Skip to Main Content

Evaluating Sources

What you'll need to know about evaluating sources

Lateral Reading Video (Chemeketa Community College)

Lateral Reading Overview

The usual way we look for signs of Authority and Purpose is by poking around the website and letting the creator tell us about themselves, their organization, what the intentions are of the website and more. We look at what type of website it is because we have learned that a .org will be more reputable than a .net site. We look to see if there is a way to contact the organization. We look up and down the pages for ‘About Us’, ‘Who We Are’, ‘Our Philosophy’.  We feel satisfied if there is an author bio.

But this limits us to what the organization and content creators want us to know about them - the story they want to share.  Consider this - if a website wanted to appeal to a broader audience and ensure that the info on their site is used, might they showcase themselves in a specially-crafted way?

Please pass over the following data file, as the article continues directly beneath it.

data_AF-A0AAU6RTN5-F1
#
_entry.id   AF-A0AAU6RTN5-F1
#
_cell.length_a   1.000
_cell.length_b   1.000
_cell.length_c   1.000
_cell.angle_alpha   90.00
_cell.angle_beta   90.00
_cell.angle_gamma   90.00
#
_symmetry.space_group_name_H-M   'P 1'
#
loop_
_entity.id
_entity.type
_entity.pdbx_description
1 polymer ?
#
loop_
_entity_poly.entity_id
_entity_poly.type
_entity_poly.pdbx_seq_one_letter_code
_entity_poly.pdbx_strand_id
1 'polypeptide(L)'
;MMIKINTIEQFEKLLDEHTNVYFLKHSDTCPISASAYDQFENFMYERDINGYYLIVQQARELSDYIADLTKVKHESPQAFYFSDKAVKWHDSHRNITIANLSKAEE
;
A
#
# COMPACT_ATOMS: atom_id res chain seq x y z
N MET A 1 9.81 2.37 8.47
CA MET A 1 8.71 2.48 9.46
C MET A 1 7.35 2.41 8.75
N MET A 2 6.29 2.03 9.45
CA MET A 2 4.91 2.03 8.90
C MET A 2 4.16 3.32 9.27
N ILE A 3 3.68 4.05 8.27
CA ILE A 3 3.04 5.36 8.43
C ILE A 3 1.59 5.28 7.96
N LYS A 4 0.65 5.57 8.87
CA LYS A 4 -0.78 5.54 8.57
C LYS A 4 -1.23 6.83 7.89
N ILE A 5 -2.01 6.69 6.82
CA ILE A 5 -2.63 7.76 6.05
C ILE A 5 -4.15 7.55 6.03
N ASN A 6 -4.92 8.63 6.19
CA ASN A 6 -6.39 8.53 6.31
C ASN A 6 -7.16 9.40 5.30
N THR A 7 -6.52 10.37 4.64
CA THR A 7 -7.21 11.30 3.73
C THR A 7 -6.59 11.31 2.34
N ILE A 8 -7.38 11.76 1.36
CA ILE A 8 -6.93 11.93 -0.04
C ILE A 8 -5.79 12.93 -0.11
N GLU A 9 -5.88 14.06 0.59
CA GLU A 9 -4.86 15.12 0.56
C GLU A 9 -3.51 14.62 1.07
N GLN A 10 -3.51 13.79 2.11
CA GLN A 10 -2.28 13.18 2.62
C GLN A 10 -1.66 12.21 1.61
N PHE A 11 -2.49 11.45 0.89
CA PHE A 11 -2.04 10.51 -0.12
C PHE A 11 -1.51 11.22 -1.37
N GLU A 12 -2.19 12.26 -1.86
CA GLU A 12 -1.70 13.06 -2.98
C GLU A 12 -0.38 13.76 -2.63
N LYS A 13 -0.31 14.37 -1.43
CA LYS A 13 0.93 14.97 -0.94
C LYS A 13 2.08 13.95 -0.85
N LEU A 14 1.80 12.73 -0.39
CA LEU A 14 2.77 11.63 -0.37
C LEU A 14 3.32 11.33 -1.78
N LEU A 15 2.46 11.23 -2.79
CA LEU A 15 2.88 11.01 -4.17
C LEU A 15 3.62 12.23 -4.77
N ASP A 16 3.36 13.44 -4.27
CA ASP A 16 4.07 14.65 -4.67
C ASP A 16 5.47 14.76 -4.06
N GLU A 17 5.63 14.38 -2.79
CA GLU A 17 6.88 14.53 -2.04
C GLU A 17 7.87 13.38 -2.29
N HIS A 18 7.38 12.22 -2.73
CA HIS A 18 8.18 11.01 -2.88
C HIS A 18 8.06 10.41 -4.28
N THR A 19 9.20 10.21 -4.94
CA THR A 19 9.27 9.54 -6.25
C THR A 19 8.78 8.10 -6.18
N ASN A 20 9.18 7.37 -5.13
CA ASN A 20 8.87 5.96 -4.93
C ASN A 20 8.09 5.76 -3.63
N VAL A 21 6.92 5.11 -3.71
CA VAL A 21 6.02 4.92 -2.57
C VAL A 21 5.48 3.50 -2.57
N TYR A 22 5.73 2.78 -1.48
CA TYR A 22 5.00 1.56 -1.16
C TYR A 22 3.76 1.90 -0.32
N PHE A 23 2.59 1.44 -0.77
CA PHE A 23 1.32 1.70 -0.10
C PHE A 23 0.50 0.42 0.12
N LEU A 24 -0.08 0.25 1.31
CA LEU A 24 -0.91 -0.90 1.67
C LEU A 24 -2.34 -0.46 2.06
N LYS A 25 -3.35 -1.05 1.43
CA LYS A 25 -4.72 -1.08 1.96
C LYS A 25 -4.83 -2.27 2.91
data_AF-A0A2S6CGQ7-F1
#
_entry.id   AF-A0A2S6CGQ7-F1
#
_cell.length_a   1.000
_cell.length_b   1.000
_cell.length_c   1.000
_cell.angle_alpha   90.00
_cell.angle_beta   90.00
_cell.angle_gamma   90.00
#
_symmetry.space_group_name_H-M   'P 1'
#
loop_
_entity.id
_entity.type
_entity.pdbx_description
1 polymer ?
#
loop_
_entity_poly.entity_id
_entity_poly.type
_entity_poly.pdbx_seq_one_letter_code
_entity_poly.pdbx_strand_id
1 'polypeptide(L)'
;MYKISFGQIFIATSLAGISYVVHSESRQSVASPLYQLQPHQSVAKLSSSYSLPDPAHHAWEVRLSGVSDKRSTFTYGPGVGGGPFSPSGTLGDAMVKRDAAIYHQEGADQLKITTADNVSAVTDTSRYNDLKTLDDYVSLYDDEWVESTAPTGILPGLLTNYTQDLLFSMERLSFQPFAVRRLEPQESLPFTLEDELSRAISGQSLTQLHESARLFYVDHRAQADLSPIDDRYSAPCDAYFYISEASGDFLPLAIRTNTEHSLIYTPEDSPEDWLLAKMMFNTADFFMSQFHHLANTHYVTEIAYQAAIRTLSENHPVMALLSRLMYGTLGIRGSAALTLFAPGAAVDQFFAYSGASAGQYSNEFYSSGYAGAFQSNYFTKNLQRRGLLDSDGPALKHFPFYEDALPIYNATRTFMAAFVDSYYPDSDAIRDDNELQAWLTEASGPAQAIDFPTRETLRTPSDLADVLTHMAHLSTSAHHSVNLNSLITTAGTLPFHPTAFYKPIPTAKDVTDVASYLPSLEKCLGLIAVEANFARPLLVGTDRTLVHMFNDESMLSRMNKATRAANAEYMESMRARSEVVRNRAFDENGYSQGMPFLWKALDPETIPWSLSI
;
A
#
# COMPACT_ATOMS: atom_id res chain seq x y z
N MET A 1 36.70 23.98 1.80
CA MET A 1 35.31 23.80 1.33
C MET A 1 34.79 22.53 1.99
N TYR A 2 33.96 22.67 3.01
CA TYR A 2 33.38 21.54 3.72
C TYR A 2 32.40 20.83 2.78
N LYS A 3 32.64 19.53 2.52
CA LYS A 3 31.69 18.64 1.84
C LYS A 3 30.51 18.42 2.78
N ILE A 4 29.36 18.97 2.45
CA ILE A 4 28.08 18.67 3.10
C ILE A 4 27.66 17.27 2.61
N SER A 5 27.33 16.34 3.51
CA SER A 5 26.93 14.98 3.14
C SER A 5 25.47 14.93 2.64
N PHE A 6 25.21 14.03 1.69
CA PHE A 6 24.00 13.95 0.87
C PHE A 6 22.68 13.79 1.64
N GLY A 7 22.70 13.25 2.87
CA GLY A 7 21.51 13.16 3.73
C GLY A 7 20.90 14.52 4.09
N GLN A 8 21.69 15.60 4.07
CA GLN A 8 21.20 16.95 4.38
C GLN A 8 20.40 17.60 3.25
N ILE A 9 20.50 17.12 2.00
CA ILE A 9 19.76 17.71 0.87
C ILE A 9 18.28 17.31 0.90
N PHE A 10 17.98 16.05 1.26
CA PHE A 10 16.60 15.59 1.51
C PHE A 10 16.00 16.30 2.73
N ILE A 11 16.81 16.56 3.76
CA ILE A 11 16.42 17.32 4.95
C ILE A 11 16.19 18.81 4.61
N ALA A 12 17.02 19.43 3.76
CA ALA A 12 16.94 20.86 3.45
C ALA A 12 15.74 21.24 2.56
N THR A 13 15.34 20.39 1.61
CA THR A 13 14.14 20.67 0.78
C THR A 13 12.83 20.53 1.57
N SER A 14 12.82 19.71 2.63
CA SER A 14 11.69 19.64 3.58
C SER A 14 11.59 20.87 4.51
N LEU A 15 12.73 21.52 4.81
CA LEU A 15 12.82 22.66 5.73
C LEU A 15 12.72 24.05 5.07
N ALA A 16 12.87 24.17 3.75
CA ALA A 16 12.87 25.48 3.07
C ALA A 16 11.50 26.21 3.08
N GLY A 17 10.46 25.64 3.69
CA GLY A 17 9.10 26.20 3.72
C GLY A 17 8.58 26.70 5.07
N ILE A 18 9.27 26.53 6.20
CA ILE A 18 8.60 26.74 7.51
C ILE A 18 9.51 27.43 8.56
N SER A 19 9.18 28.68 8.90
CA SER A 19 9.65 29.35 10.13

Lateral reading allows you to quickly and efficiently get to the truth by taking a quick scan of the site but then jump off of the site and look at what others are saying about organizations and individuals.


Image of the differences between vertical and lateral reading

Report a tech support issue

Elihu Burritt Library
Central Connecticut State University, 1615 Stanley Street, New Britain, CT 06050 - Map

CCSU Home | Central Pipeline | CentralSearch / Catalog | Sign In to CentralSearch | Search Library Website